April 5, 2004, 7:40 P.M.
Timing Is Everything: Almost a year ago the President declared that the conquest (he called it liberation) of Iraq was complete. In the eleven months since that declaratory, 616 American service personnel have been killed and 3457 Americans wounded. Because of the use of sophisticated body armor and the rapid access to advanced medical technology, many injuries that would have been life threatening in earlier wars are no longer fatal. The result is a dramatic increase in the number of seriously wounded soldiers included in the casualty count. This was the subject of an excellent Chris Matthews report that aired recently on MSNBC and included a visit to a rehabilitation hospital for wounded US military personnel.
Despite the fact that there are large numbers of U.S. ground, air and naval forces actively engaged in operations within Iraq, the media seems to have bought into the Bush administration’s line that the war is over and the demilitarization has begun. This flies in the face of the reality of tens of thousands of troops being rotated into Iraq to replace those who have been deployed for a year or more. To these new troops, Iraq is no less dangerous than it was when we invaded in March of 2003, and in many ways it is worse. The attacks against U.S. troops now are the result of a well organized, well funded and apparently widespread attempt by numerous factions to attack and kill Americans. This does not only apply to soldiers, as the recent killings of contractors in Fallujah demonstrate.
My observation that the media is buying the Bush line about the war being over relates to recent reports, most notably the CNN documentary that aired this past weekend, which sought to examine the effects of war on the soldiers who fight it. These discussions are badly timed, and they detract from the current and ongoing hardships faced by Regular, Reserve and National Guard troops currently serving in and around Iraq and Afghanistan. Obviously, this type of research and analysis is premature when there are still soldiers on the ground fighting. The people who are in Iraq are no different and face no less hardship than the original contingent currently being rotated out, and they deserve the same support and encouragement. That is not to say that there are not questions to be asked and stories are told however timing is everything, and at this point, the timing of these stories is just bad.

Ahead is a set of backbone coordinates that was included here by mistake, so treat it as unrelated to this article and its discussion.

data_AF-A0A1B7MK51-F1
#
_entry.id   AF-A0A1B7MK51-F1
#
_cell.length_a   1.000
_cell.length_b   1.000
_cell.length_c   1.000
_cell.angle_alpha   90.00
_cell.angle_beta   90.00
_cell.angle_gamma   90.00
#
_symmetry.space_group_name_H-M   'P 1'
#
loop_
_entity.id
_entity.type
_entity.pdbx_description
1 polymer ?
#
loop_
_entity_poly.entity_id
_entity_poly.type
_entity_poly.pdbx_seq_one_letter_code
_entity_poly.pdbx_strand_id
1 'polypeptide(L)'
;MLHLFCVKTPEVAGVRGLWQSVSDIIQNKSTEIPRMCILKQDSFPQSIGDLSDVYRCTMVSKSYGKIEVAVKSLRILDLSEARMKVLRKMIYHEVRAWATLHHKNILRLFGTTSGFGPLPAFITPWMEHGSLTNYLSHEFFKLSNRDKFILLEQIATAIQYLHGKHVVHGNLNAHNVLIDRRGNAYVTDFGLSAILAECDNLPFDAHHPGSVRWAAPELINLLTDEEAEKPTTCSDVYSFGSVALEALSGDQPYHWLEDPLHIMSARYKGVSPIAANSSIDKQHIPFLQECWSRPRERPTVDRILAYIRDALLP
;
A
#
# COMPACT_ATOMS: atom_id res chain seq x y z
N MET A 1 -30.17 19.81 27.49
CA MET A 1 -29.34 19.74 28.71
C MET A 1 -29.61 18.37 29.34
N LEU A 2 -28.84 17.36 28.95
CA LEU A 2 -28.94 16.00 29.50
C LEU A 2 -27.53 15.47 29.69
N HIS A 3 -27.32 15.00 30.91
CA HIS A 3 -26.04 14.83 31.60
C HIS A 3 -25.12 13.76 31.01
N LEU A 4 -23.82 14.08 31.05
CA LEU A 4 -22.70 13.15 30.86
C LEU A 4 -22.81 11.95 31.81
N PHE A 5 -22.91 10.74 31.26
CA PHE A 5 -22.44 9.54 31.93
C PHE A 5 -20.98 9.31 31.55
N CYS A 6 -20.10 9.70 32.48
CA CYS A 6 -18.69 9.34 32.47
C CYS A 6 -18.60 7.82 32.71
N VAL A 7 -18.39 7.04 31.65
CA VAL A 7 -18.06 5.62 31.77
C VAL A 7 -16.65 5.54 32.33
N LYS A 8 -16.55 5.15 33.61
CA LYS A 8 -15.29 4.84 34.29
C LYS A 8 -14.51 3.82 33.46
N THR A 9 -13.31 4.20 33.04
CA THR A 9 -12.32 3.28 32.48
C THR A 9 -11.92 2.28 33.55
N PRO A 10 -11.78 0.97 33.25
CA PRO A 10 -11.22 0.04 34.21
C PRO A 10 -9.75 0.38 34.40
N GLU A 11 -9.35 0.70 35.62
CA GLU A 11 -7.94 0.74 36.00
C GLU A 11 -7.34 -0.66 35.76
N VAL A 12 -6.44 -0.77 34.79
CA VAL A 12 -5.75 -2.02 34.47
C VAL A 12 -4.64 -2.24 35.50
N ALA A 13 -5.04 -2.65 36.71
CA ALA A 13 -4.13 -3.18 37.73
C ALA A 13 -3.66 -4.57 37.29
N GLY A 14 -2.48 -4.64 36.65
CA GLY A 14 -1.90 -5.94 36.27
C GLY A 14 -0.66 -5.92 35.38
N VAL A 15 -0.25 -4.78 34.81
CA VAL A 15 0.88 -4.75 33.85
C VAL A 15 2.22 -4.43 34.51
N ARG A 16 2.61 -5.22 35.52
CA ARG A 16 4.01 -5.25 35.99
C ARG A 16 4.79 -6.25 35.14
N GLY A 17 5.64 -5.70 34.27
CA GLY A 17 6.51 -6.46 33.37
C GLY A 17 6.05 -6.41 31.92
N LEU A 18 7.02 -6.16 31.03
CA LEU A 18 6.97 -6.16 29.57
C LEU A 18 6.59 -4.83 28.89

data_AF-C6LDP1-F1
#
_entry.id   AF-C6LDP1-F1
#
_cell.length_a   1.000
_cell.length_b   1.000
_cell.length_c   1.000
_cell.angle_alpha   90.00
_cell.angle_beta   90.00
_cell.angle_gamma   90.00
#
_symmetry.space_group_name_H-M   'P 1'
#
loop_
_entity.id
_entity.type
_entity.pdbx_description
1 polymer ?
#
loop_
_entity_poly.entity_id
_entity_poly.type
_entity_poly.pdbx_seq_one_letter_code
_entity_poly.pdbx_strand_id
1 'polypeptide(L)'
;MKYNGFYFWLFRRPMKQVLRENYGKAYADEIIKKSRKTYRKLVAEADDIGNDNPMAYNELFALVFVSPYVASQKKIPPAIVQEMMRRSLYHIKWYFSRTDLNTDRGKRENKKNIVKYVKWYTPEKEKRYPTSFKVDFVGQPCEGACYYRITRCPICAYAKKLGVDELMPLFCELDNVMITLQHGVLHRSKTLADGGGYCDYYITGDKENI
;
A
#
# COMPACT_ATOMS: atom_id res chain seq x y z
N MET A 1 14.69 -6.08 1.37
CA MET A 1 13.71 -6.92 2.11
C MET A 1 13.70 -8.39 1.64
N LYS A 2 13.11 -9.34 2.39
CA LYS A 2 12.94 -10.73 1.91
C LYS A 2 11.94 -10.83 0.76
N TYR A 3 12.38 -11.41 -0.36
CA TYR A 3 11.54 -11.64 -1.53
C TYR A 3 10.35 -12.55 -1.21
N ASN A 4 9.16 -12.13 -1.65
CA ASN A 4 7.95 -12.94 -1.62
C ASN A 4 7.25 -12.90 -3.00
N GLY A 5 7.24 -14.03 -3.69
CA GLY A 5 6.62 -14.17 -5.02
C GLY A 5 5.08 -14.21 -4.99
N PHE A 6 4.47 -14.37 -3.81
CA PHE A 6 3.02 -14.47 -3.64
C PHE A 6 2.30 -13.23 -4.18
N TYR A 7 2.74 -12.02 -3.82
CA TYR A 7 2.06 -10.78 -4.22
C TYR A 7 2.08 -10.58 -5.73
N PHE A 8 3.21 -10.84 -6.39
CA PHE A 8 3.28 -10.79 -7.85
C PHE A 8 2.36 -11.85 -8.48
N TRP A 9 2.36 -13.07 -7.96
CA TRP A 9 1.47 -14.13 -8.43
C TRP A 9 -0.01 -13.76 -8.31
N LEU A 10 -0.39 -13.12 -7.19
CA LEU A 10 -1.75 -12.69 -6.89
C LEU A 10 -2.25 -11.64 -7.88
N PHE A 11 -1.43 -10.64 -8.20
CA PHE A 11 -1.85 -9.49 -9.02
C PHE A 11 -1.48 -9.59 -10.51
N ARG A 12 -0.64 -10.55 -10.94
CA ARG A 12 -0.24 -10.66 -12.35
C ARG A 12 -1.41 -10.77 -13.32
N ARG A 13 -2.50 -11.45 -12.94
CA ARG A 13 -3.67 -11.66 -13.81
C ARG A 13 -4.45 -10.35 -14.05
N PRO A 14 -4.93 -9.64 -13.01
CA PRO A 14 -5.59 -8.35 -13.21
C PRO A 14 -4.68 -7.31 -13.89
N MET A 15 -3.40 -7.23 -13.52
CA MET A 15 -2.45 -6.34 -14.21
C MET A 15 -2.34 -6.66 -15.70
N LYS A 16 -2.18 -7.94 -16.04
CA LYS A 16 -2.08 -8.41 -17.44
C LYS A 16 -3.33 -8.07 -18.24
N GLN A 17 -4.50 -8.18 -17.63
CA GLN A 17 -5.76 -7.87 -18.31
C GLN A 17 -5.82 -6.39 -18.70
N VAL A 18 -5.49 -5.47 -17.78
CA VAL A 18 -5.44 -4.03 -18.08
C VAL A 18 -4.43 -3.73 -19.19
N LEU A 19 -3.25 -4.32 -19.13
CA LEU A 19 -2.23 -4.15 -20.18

This is especially true in light of an increasingly obvious and effective strategy on the part of terrorist organizations to politically isolate the U.S. The train bombing in Spain had the effect of helping to topple an already unpopular pro-U.S. Spanish government and the timing could not have been better. It is a matter of question whether or not the train bombing was the reason for the fall of the previous Spanish government, because there wasn’t much popular support for the invasion or the government there anyway, but the bombing clearly brings home the relationship between supporting the U.S. and the fear of terrorist attacks. It also brings home just how powerful a well timed message can be in influencing public opinion. It will be interesting to see if the plots uncovered after the election are evidence that schemes were put in place that now can’t be stopped, or if there are additional motives, unrelated to the previous government’s support of the U.S., at work here. If the bombing plots are truly attempts to isolate the U.S., more frequent and aggressive attacks should be expected here and abroad and the momentum only looks to be building.
Meanwhile, the frequency, success and intensity of attacks against U.S. forces and contractors in Iraq increase. There doesn’t seem to be any political solution on the ground in Iraq and the American military is mired in a war that it is ill-equipped, in the sense that there is no clearly visible or definable enemy, to fight. While this is happening, CNN’s Aaron Brown has the temerity to ask “When is it appropriate for U.S. soldiers to shoot wounded Iraqis?” It is not the actions of our soldiers, put in untenable, life and death situations on a daily basis that should be questioned. It is the actions of the government that put them there that requires scrutiny.